Mary Elizabeth Counselman

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Mary Elizabeth Counselman
Born (1911-11-19)November 19, 1911
Birmingham, Alabama, U.S.
Died November 13, 1995(1995-11-13) (aged 83)
Pen name Charles Dubois, Sanders McCrorey, and John Starr
Occupation short story writer, poet
Nationality United States
Genre horror, Fantasy

Mary Elizabeth Counselman (November 19, 1911 – November 13, 1995) was an American writer of short stories and poetry.

Biography[edit]

Mary Elizabeth Counselman was born on November 19, 1911 in Birmingham, Alabama. She began writing poetry as a child and sold her first poem at the age of six.[1] She later moved to Gainesville, Georgia, where her father was a faculty member at the Riverside Military Academy.[2] She attended the University of Alabama and Alabama College (now Montevallo University).[1][2]

Ms. Counselman's work appeared in Weird Tales, Collier's, The Saturday Evening Post, Good Housekeeping, Ladies' Home Journal, and other magazines.[1] Her stories were dramatized on General Electric Theater and other national television programs in the USA, Canada, the British Isles, and Australia.

Her tale "The Three Marked Pennies", written while she was in her teens, and published in Weird Tales in 1934, was one of the three most popular in all of Weird Tales history.[1][3][4] Readers mentioned it in letters for years after its publication.[3] This oft-reprinted classic tells of a small town whose inhabitants awaken one morning to find anonymous notices posted throughout their city. The posts read: "During this day of April 15, three pennies will find their way into the pockets of the city. On each penny will be a well-defined mark. One is a square; one is a circle; and one is a cross. These three pennies will change hands often, as do all coins, and on the seventh day after this announcement (April 21) the possessor of each marked penny will receive a gift. To the first: $100,000 in cash. To the second: A trip around the world. To the third: Death."

Another story, "Seventh Sister" published in Weird Tales in January 1943, is a rare example of a voodoo story written by a woman.[1]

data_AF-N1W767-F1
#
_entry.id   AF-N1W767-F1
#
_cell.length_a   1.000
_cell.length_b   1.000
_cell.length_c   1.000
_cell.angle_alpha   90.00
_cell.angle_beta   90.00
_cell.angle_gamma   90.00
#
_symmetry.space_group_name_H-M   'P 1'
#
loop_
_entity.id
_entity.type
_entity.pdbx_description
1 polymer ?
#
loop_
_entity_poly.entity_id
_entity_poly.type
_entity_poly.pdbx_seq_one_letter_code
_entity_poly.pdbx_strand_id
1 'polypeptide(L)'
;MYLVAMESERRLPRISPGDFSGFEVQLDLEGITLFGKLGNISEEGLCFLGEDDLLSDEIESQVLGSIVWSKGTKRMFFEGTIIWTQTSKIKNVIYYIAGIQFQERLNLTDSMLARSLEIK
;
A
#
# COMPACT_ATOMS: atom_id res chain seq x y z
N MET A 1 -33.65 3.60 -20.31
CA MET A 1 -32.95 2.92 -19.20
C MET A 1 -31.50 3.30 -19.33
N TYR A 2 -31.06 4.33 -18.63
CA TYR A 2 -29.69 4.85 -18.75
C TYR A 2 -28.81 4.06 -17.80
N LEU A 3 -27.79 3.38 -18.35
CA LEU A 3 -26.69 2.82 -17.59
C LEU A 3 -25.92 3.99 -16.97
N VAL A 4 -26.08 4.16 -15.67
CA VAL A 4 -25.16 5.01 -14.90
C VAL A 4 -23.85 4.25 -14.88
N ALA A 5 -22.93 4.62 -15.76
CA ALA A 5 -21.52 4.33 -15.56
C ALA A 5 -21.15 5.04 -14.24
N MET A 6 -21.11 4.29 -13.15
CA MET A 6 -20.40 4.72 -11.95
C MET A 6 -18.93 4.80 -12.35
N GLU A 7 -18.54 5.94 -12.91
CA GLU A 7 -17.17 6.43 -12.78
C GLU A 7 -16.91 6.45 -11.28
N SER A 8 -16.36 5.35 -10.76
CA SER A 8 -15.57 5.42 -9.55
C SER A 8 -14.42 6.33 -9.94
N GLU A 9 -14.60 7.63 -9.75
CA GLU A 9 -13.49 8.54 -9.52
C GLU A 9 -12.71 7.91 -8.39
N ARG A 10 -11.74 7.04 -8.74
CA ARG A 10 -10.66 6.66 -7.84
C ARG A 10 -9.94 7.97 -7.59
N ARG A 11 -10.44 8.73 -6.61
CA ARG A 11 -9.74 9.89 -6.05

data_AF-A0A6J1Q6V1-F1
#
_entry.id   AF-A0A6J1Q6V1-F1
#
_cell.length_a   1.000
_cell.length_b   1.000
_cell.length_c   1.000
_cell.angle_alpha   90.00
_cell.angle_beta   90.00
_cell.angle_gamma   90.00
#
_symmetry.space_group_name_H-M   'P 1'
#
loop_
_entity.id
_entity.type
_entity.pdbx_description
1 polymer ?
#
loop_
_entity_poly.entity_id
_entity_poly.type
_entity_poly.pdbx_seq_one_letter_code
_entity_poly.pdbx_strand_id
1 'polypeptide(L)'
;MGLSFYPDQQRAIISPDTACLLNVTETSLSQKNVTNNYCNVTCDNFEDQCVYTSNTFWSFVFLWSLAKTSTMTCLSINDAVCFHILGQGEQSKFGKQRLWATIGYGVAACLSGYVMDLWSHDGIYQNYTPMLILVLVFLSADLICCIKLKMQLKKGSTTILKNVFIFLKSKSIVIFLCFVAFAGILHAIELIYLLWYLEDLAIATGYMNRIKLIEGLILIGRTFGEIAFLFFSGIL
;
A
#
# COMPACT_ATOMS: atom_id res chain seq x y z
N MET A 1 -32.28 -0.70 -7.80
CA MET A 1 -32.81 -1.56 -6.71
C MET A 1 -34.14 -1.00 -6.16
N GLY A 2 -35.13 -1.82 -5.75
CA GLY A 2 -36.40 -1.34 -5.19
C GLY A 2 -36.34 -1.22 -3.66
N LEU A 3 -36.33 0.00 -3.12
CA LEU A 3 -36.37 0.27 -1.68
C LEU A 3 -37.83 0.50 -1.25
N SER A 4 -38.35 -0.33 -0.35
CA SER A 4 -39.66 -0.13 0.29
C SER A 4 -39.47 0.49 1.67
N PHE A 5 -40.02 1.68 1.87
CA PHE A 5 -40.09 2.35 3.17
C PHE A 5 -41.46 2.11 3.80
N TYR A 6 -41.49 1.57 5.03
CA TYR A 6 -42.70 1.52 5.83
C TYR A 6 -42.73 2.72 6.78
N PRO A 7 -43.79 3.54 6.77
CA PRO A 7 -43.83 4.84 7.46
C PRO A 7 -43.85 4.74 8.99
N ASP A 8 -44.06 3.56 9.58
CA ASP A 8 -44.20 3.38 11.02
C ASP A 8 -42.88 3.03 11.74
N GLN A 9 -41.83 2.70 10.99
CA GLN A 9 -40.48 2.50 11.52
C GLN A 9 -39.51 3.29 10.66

In describing her philosophy of writing horror fiction, she said, "The Hallowe'en scariness of the bumbling but kindly Wizard of Oz has always appealed to me more than the gruesome, morbid fiction of H. P. Lovecraft, Clark Ashton Smith, and those later authors who were influenced by their doom philosophies. My eerie shades bubble with an irrepressible sense of humour, ready to laugh with (never at) those earth-bound mortals whose fears they once shared."[4]

Later, Counselman worked as a reporter for The Birmingham News. Counselman taught creative writing classes at Gadsden State Junior College (now the Wallace Drive Campus of Gadsden State Community College) and at the University of Alabama.

She completed a novel about witchcraft, and in 1976 received a $6000 National Endowment for the Arts grant.

The late August Derleth anthologised her poems in Dark of the Moon: Poems of Fantasy and the Macabre and Fire and Sleet and Candlelight.

For most of her life she resided on a houseboat in Gadsden, Alabama,[1] with her husband, Horace B. Vinyard, whom she married in 1941,[1][2] and a large entourage of cats.[2]

Books[edit]

  • Half in Shadow: A Collection of Tales for the Night Hours (short stories) (UK edition, Consul paperback/World Distributors, 1964; contains 14 tales, 6 not in the later US edition; Arkham House edition, 1978; contains 14 tales, 6 not in the earlier UK edition). Reprint: London: William Kimber, 1980.
  • African Yesterdays:A Collection of Native Folktales. Centre, Ala.: Coosa Printing Co., 1975 (enlarged ed 1977)
  • Move Over - It's Only Me (verse) (1975)
  • Everything You Always Wanted to Know About the Supernatural - but Are Afraid to Believe (1976)
  • SPQR: The Poetry and Life of Catullus (1977)
  • The Eye and the hand (verse) (1977)
  • New Lamps for Old (1978)
  • The Face of Fear and Other Poems (Pensacola, FL: Eidolon Press, 1984)(Compiled by Steve Eng; intro by Joseph Payne Brennan

Awards[edit]

Counselman received the 1981 Phoenix Award from the Southern Fandom Confederation.

Adaptations[edit]

The short story "Parasite Mansion", first published in the January 1942 issue of Weird Tales was adapted into an episode of the Thriller television anthology series, broadcast April 25, 1961. The episode is described as of above-average quality but undermined by its "blithe acceptance of the supernatural". It is, however, considered stronger than Counselman's original work.[4]

References[edit]

  1. ^ a b c d e f g Davin, Eric Leif (2006). Partners in Wonder: Women and the Birth of Science Fiction, 1926-1965. Lanham, Md.: Lexington Books. p. 375. ISBN 9780739112670. 
  2. ^ a b c d "The Authors and Editors of Arkham House". Retrieved 2007-01-18. 
  3. ^ a b Reid, Robin Anne (2009). Women in Science Fiction and Fantasy 1. ABC-CLIO. p. 47. ISBN 9780313335914. 
  4. ^ a b c Warren, Alan (2004). This Is a Thriller. McFarland. pp. 94–97. ISBN 9780786419692. 
  • "MARY ELIZABETH COUNSELMAN". Retrieved 2007-01-18. 
  • Ruber, Peter, ed. (2000). "Mary Elizabeth Counselman". Arkham's Masters of Horror: A 60th Anniversary Anthology Retrospective of the First 30 Years of Arkham House. Sauk City, Wisc.: Arkham House Publishers. pp. 301–306. ISBN 9780870541773. 
  • Sullivan, Jack, ed. (1986). "Mary Elizabeth Counselman". The Penguin Encyclopedia of Horror and the Supernatural. New York: Viking Penguin. ISBN 9780670809028. 

External links[edit]